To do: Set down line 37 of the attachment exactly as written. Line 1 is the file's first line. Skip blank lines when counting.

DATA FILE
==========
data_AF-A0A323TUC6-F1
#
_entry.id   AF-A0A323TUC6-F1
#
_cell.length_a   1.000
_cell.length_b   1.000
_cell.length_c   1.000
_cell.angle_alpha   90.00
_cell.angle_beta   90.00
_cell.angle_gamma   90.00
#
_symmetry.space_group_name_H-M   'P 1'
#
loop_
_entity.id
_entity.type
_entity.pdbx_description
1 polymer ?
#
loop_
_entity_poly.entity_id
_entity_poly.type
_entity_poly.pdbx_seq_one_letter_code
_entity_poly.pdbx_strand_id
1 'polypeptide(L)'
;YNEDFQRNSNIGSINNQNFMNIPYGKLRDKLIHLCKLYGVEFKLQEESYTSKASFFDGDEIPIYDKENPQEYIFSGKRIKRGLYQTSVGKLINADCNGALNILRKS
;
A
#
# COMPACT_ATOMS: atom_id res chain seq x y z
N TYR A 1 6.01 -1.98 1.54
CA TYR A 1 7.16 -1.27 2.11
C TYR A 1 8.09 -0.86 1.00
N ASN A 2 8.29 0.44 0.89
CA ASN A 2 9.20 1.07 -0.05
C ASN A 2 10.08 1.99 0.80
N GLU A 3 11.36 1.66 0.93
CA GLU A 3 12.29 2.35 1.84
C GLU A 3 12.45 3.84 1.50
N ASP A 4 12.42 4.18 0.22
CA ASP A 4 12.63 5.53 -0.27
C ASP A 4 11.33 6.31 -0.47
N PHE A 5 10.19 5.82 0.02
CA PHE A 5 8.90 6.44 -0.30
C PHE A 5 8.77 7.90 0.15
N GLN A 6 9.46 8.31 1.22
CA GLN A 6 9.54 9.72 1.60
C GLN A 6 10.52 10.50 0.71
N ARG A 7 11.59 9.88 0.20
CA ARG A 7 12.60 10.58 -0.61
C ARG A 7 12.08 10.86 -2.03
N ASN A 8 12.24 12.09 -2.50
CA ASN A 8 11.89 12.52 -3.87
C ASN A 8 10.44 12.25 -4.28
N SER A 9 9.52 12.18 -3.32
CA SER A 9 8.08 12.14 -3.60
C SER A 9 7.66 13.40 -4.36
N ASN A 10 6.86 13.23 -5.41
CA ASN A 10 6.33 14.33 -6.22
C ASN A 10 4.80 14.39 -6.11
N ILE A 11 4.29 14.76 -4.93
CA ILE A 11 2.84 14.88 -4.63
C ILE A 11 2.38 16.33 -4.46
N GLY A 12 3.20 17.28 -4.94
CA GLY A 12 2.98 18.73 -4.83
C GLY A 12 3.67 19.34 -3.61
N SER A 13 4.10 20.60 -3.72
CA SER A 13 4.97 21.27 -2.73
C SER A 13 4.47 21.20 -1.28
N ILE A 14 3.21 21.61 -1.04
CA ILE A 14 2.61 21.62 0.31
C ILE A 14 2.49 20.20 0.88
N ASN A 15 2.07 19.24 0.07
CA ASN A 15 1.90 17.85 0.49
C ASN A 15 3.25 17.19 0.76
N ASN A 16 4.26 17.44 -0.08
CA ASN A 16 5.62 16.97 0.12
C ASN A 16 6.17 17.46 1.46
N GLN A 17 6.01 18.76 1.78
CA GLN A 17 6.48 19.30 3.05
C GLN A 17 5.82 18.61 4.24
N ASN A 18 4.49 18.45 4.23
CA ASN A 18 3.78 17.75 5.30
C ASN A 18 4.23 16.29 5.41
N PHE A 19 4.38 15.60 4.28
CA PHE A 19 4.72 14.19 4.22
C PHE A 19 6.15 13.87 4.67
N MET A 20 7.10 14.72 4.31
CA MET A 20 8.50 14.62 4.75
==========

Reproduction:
N GLU A 3 11.36 1.66 0.93